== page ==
The new-for-2018 universal aero kit will be selected from a pot of 11 or 12 potential suppliers, and likely revealed in the flesh in February. This kit will be utilized for three years in tandem with the current base Dallara IR-12 (Dallara DW12) chassis, with that extended through 2020.

A windscreen or halo-type element could be part of the kit, but the kit may have a couple different solutions.

More efficient downforce is sought from the floor of the car, rather than the top of the car, per driver feedback to INDYCAR. Josef Newgarden and Alexander Rossi were present today as part of a roundtable meeting, and were among those who noted that’s a direction they’d like to go.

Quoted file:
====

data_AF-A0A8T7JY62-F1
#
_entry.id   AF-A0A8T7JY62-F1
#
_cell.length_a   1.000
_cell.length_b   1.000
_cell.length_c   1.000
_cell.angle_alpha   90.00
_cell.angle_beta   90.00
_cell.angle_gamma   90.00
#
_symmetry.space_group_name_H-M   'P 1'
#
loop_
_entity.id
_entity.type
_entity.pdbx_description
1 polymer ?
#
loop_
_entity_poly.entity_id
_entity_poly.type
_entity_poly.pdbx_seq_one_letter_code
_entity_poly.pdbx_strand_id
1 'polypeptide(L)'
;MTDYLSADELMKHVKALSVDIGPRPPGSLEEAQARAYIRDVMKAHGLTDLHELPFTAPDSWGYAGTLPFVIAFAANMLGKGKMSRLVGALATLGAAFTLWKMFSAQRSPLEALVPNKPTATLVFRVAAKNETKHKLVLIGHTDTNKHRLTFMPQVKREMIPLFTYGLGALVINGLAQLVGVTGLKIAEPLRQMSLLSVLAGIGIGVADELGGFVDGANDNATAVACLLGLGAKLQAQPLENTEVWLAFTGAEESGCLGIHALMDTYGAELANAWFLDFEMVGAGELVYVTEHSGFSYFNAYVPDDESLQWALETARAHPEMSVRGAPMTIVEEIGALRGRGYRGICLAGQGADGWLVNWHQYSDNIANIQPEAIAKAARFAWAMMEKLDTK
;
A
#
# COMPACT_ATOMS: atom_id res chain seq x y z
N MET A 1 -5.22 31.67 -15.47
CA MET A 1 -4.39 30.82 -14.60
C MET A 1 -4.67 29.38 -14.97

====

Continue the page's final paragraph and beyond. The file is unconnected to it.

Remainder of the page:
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Frye at Texas last year. Photo: IndyCar

Frye, who succeeded Walker as INDYCAR’s President of Competition and Operations, expanded on the car evolution trajectory in a roundtable meeting with reporters at Detroit today. Selected quotes of note are below:

ON THE PLAN ITSELF 

“I went to the University of Missouri, so this five-year plan is actually really four years, but it could be five. If you look at it in 2017, we’ve announced we’re going to freeze the kits. ’18, ’19 and ’20, so the next three years after that, we’ll have a universal aero kit, and in the year 2021 it gives us an opportunity to do maybe something drastically different, maybe continue the current universal program, but just provides some options.